I reckon you'd have to call these two stories "second hand" because they happened when I was an infant.  They became part of the family history, though, so I want to share them with you.

Dee loved playing ball with Gee and his friends at school.  One day during recess, they had a good game going.  The batter really connected and the ball flew high, high and higher, and stopped only when it hit a second floor window, shattering the glass.  Dee, who was in right field, had kept backing up, hoping to catch the ball, but it flew high over her head.  When she heard the glass break, she turned and looked up - just in time to get hit  on the forehead by a large sharp shard of the windowpane.  It sliced through the skin, leaving a gaping hole with large flap of skin hanging over her eye.  She didn't even know she was hurt until she reached up and got some blood on her hand.  And then, she panicked and started to shriek and run.  Mr. Brookshire, the principal, had to get the biggest boys in school to run her down and catch her so her injury could be attended to.  I don't know how many stiches it took to sew up that cut, but she carried a scar over one eye for all her life.  I think she was kind of proud of it.

My second story is about Nan, Dee and Gee.  Nan had just entered high school, Dee was a couple of grades behind her and Gee was about three grades behind Dee.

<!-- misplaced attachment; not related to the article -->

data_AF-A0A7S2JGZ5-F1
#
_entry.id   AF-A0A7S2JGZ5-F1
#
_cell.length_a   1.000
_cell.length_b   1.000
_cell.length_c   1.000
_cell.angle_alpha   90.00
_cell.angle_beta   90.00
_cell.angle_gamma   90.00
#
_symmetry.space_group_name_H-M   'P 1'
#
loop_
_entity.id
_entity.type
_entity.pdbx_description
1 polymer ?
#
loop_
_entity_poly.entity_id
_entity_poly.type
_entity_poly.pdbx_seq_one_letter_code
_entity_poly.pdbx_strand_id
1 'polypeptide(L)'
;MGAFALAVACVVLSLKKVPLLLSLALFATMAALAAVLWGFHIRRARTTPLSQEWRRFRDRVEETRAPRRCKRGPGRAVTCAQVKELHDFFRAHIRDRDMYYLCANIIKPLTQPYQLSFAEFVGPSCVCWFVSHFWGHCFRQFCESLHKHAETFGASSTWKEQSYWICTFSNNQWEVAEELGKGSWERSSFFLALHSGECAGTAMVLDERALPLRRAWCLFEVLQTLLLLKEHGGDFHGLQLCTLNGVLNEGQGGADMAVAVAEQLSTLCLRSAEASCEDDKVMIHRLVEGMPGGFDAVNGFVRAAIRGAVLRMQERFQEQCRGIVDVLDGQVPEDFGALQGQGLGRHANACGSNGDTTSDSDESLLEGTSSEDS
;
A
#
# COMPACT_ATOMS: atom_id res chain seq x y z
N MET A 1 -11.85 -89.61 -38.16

Now, Nan was a very pretty teenager with light brown hair and big gray eyes.  She was a prim and proper young lady.  Dee was dark of hair and dark of eye.  She was pretty, too, but was better known for her personality and her quick lip.  Gee, with his beautiful red hair and brown eyes, was a good-looking kid, but he did have a temper to go with that red hair.  (Of the six children in the family, only he and I had red hair, inherited from our German grandfather.)

One day after school was dismissed and Nan and Dee were starting home, they heard a commotion behind them, and they heard Gee yell, "Dee, I need you!"  Several of the older school boys were harrassing Gee, laughing at him and calling him "Red," and he was fighting mad.

Dee handed her books to Nan and said, "Here, bring these home for me."  Nan tried to stop her, saying "Oh, Dee, you will just get in trouble again!"  Dee answered, "I don't care!  I've got to help my brother."  Nan went on home with the books, and when the other two arrived about 30 minutes later, all dishelved and sweating but laughing, they told Mom, "Hey, Mom, we beat them up good.  They won't tease Gee any more."  Well, Mom was not the kind of mother who tolerated such behavior, no matter what the reason.  She wasn't raising any hooligans!  

She had the two culprits kneel at the foot of her bed, got two pieces of sewing thread and tied each of them by a thumb to the bed.  She dared them to break that thread.  They knelt there, tied thumbs suspended in mid-air for about an hour, until Dad got home.  I was told that when he came into the room, he gave them a really rough talking-to and then untied them from the bed.
I know that by the time Mom told him about the incident she must have calmed down and was laughing about it, although she would not have for the world let them know that.  I wonder how Dad kept a straight face while he was reprimanding them.


Copyright © 2001 Aline T. Meaux, Abbeville, LA

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